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95 of 105 people found the following review helpful
4.0 out of 5 stars The excellent parts outweight the bad 18 Mar 2011
By A. Whitehead TOP 500 REVIEWER VINE VOICE
Format:Hardcover
Kvothe the Bloodless, Kvothe the Arcane, Kvothe the Kingkiller. He is a legend but the real man is an enigma. A man named Chronicler is trying to find out the truth behind the legend by convincing Kvothe to tell him his life story, a task so long it will take three days to complete.

On the second day, Kvothe relates more of his time at the Commonwealth University, his ongoing feud with another student named Ambrose and his increasingly proficient studies in various areas. He also tells of his time spent in Vintas, serving a nobleman seeking to woo a lady, and learning the arts of combat in far Ademre. But how much of Kvothe's story is truth and how much is his own fabrication?

The Wise Man's Fear is the sequel to The Name of the Wind and the second in The Kingkiller Chronicle trilogy. Since the trilogy was originally one extremely long novel split into three parts, The Wise Man's Fear has little preamble and not much of the climax. It starts, we follow the story for a time, and then it ends with little resolved. For a novel that is 1,000 pages long in hardcover, that should be a fairly damning comment.

Rothfuss's saving grace is his immense writing skill. He could make the telephone directory sound warm and interesting, and whilst the book is extremely long most of the chapters are short and snappy. The narrative is divided into two distinct sections, basically Kvothe in the University and Kvothe out in the world, and these sections are themselves fairly episodic. Whilst Kvothe's hunt for information about the Chandrian, the mysterious creatures that killed his family, provides a narrative spine of sorts, sometimes dozens of chapters pass without this plot element being as much as mentioned.
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Most Recent Customer Reviews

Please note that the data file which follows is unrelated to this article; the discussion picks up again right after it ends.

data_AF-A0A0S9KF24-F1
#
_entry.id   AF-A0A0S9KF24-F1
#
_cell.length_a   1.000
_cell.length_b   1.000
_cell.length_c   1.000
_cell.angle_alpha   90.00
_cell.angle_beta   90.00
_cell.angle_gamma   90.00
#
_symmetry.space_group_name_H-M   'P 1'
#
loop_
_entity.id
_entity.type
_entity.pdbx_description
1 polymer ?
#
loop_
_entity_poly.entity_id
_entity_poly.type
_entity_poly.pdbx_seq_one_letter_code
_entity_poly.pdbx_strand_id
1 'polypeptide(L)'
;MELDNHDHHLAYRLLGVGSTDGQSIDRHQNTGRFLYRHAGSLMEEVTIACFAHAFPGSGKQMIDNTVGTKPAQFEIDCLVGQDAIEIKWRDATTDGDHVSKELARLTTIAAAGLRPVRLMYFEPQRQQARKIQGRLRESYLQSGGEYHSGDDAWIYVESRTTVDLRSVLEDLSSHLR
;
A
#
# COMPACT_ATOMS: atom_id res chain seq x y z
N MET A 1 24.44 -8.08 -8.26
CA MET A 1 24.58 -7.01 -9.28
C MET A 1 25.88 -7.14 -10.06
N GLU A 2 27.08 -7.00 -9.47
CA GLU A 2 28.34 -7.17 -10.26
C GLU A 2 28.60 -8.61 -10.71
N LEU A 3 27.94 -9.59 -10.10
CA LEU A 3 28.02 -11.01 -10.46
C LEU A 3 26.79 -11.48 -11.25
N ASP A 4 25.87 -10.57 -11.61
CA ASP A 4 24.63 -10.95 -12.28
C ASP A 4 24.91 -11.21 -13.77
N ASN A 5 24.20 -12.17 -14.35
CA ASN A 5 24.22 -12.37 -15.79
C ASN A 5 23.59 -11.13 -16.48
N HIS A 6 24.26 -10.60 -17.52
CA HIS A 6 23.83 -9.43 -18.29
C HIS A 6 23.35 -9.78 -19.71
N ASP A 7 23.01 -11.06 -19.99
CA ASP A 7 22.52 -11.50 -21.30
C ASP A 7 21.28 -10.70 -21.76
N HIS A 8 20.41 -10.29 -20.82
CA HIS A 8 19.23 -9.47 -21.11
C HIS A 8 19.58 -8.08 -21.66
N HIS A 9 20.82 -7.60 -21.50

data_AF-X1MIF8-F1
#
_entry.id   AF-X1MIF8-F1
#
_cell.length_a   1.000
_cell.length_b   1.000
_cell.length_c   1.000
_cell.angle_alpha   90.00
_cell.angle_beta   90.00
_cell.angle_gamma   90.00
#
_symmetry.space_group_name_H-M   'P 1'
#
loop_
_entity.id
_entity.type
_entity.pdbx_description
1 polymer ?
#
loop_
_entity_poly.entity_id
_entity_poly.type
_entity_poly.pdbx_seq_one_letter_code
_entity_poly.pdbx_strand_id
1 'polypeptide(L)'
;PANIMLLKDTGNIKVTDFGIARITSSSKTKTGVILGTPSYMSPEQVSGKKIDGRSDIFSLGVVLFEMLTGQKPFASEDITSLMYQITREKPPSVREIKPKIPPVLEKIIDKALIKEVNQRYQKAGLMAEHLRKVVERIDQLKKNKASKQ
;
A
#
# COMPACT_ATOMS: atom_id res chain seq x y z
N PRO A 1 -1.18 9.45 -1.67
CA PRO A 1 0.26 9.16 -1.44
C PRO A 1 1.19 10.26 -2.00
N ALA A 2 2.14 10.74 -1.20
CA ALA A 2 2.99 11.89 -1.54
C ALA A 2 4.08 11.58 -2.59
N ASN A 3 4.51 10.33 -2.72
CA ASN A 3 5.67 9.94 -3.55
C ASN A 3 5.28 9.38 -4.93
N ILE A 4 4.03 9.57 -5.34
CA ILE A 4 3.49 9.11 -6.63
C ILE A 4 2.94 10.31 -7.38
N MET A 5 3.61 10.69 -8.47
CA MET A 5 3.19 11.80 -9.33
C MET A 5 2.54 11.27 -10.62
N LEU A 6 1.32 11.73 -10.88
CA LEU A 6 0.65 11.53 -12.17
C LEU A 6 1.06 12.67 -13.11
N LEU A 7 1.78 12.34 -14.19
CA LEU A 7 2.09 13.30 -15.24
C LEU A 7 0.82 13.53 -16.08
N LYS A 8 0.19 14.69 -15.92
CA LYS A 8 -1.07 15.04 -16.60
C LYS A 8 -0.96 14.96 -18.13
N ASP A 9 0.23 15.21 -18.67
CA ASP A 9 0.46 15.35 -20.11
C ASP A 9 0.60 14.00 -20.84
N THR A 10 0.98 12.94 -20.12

5.0 out of 5 stars Five Stars
awesome cant wait for the 3rd book
Published 7 hours ago by Lee M.
3.0 out of 5 stars Not as good as the first one
Not as good as the first one but still a great read.
Published 12 hours ago by Andrew Fleming
5.0 out of 5 stars second best book ever
second best book ever. only because the name of the wind had element of surprise. I did not know it was going to be great.
Published 1 day ago by wood work
5.0 out of 5 stars Five Stars
Incredible. Hurry up and write the damn third
Published 4 days ago by Amazon Customer
5.0 out of 5 stars Amazing sequel
Loved it as much as the first book. Loved the adventutes of Kvothes young life, his time at the court, as an Adem mercenary and in Felurians fairy tale. Read more
Published 5 days ago by dreamer
5.0 out of 5 stars Well worth the purchase. I will most definitely be ...
Well worth the purchase. I will most definitely be re-reading this and The Name of the Wind before Day 3. Read more
Published 13 days ago by jennisa
5.0 out of 5 stars Five Stars
Amazing
Published 14 days ago by Esmee Oneill
5.0 out of 5 stars Five Stars
So good to find another really good fantasy author. Love this man's books
Published 16 days ago by Wendy
4.0 out of 5 stars The Wise Man's Fear was a great read for me and I really enjoy the...
The Wise Man's Fear was a great read for me and I really enjoy the style of writing Patrick Rothfuss adopts. Read more
Published 20 days ago by jpiper1
5.0 out of 5 stars I love these books
I love these books. The only thing I don't love is that the final book isn't written yet! Come on Mr. Rothfuss, I want to know what happens in the end!
Published 20 days ago by Bridget Slater